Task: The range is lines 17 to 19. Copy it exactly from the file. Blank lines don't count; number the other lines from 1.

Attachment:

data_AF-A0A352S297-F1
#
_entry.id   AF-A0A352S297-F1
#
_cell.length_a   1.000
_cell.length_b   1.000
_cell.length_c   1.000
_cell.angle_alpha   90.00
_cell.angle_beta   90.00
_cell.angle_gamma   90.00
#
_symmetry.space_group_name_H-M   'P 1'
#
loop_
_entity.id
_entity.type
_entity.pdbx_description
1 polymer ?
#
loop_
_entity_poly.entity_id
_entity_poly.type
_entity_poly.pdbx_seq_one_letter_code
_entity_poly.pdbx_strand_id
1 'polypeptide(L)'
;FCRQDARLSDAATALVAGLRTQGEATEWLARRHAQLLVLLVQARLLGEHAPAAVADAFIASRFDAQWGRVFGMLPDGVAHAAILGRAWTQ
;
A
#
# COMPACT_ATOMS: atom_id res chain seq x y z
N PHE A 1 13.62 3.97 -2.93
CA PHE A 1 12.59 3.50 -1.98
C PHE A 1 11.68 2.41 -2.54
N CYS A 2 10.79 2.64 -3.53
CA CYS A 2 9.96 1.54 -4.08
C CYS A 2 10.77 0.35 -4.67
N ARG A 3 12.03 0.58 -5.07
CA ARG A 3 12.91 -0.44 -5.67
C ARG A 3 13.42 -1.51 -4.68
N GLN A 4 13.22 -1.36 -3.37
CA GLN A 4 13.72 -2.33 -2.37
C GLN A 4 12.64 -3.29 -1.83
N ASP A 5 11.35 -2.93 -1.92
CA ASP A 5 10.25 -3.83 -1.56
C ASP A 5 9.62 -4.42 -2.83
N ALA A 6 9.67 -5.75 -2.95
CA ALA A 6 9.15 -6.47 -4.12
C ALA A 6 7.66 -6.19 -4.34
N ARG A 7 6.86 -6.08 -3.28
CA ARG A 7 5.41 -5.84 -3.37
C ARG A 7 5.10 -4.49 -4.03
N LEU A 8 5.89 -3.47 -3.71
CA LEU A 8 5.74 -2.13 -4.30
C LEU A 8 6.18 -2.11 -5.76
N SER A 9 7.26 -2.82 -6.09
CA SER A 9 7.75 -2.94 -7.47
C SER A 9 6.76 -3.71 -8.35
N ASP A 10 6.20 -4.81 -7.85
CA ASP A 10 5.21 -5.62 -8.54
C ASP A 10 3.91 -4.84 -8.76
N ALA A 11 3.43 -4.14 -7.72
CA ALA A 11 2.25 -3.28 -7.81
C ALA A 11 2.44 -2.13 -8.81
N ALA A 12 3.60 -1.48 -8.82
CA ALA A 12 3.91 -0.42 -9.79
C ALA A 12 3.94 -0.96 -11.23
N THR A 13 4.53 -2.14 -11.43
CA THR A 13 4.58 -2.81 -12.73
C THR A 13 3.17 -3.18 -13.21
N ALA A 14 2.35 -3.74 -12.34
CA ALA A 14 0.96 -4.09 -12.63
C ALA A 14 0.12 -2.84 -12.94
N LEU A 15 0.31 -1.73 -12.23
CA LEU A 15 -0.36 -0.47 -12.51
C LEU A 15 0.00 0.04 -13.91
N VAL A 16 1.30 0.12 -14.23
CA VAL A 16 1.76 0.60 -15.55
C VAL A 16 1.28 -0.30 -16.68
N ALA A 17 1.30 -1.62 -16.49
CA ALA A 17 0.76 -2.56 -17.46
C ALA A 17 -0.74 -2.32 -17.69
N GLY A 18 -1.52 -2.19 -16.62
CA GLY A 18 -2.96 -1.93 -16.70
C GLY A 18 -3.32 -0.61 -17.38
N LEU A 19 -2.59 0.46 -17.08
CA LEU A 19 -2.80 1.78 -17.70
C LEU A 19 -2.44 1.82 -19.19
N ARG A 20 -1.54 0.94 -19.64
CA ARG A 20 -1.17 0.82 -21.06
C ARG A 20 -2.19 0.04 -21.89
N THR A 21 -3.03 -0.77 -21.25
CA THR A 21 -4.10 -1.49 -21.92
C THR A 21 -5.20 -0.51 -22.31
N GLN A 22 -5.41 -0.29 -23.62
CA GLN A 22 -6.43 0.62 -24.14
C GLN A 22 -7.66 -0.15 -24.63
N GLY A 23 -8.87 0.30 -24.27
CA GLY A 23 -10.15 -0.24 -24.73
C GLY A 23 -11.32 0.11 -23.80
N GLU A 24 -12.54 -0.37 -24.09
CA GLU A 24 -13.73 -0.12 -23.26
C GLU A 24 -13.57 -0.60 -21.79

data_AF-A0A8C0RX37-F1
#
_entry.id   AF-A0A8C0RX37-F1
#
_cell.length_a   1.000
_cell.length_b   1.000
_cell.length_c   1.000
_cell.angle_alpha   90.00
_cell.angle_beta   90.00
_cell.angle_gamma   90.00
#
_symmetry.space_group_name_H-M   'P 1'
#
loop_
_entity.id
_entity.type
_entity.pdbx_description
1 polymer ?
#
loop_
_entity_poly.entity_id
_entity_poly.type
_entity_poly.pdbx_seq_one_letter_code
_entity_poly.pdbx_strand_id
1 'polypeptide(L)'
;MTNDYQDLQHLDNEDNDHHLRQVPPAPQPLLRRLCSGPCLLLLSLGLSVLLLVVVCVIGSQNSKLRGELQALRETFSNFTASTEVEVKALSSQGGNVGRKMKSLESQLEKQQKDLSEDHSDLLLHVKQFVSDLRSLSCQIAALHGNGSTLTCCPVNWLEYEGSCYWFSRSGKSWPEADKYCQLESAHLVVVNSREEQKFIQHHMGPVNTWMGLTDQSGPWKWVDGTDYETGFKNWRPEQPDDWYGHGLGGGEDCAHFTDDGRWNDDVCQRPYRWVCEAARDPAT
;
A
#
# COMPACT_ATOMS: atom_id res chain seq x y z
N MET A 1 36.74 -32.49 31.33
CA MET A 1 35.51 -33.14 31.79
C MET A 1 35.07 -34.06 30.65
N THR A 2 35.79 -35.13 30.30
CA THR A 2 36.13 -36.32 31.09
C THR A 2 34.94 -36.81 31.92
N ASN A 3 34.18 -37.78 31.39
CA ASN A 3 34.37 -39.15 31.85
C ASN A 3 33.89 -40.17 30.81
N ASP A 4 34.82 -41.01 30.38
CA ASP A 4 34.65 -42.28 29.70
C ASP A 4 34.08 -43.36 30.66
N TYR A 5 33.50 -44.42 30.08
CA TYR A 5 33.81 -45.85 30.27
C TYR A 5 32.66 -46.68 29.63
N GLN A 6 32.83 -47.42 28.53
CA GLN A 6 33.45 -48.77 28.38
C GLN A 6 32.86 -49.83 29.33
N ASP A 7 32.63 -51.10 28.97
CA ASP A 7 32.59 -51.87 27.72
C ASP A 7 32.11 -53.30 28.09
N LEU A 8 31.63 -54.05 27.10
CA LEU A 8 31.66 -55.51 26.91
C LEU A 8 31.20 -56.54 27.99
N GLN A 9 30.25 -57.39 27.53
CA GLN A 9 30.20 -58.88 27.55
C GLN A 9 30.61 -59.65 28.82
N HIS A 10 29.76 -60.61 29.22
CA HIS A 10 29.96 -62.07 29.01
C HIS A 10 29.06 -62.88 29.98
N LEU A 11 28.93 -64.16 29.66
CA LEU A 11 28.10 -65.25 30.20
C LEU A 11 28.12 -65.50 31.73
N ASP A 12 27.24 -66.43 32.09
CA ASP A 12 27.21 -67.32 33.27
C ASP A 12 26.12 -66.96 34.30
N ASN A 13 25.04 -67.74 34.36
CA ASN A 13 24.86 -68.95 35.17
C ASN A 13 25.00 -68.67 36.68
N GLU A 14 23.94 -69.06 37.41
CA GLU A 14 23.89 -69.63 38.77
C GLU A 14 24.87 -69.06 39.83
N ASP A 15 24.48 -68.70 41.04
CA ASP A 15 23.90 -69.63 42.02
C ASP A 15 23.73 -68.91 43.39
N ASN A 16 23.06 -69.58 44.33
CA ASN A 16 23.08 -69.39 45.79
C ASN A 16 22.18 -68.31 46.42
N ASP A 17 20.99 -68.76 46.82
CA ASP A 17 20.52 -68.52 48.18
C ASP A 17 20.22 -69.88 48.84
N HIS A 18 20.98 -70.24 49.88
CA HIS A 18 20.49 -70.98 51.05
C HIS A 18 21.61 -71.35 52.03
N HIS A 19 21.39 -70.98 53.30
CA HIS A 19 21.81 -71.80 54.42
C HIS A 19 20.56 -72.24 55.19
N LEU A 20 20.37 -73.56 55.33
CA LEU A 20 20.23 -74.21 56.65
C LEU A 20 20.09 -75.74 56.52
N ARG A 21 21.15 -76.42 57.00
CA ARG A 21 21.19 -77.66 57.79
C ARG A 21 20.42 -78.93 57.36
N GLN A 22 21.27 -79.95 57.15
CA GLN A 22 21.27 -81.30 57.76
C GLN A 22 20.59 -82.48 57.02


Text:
_entity.pdbx_description
1 polymer ?
#